What Tax Reform Means for HR
Payroll administrators have already come to expect the unexpected during the holidays, with some of the most important tax and filing deadlines falling in the next few weeks. Congressional efforts to pass the most substantial tax reforms since the 1980s could make it an even more eventful time for the community.
With two competing bills in Congress, there’s a lot of confusion as to how the bills might rock the industry this holiday season. To cut through the misinformation, we’ve summed up existing laws and how the bills might change them.
Unless otherwise noted, the below changes would be effective January 1, 2018.
Personal Income Tax Brackets
As you make more money, you pay more money—that’s a simplified description of how the country’s progressive tax system works. Your annual, taxable earnings determine which bracket you fall into. Under current law, individuals are subject to one of seven tax brackets: 10%, 15%, 25%, 28%, 33%, 35%, and 39.6%. A full listing of those brackets and their respective incomes can be viewed here.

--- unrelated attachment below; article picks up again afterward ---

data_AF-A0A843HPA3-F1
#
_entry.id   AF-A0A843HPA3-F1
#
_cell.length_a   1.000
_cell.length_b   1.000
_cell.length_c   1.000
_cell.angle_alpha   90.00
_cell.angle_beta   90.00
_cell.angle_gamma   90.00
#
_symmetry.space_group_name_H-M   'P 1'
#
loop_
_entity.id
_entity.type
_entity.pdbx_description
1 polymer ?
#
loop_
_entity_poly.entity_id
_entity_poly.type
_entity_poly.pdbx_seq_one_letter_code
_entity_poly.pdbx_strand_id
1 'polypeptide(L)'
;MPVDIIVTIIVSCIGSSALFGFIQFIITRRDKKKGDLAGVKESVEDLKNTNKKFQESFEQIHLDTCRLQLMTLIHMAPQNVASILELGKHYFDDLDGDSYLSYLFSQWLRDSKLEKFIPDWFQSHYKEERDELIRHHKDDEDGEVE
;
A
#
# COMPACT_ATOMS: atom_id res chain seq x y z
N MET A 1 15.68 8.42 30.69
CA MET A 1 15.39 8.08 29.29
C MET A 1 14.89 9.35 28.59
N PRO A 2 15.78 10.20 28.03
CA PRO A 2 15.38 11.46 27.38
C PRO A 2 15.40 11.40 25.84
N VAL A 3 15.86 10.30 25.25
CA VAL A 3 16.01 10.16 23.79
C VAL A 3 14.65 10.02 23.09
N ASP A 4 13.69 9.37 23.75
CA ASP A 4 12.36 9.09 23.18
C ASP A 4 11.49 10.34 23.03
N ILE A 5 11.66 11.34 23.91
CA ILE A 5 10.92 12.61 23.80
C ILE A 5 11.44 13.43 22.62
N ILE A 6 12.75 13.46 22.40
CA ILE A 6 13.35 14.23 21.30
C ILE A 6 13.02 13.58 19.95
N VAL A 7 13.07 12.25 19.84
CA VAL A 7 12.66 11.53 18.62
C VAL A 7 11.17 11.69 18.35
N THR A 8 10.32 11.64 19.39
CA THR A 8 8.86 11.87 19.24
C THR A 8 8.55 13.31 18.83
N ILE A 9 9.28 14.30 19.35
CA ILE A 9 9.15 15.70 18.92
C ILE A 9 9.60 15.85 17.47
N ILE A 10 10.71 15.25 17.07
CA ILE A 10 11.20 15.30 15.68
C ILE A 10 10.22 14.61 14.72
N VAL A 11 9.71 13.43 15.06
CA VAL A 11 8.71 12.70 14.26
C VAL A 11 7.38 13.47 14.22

Paid Family Leave
While cities and states continue to enact their own local measures, the U.S. does not have a federally mandated paid family leave program. The FMLA (Family and Medical Leave Act) allows qualified individuals to 12 weeks of unpaid, job protected leave. In concurrence with tax reform efforts, Congressional lawmakers are working on a separate proposal that would shield employers from local requirements if they fulfill a set of minimum requirements.
Affordable Care Act
Existing law requires individuals to purchase health insurance or face a tax penalty. This “individual mandate” was created as part of the Affordable Care Act to keep the insurance premiums down, assuming healthy individuals would defer coverage without it. Last week, the Namely team took a closer look at how the mandate works.
To help recoup the costs of the bills’ tax cuts, a number of fringe benefits could lose favorable tax treatment. Under current law, for example, employers can give workers up to $5,250 to advance their education without counting it as taxable income. This “education assistance” fringe benefit is just one of several that are potentially on the chopping block.
The above reflects only the information that was available at press time. In other words, blink and you might miss something new.
Congress is moving towards reform at breakneck speed. In the coming weeks, lawmakers from both houses will work together to consolidate their bills into one. As compromises are made and potential changes are finalized, the Namely team will continue monitoring the status of tax reform in Washington.
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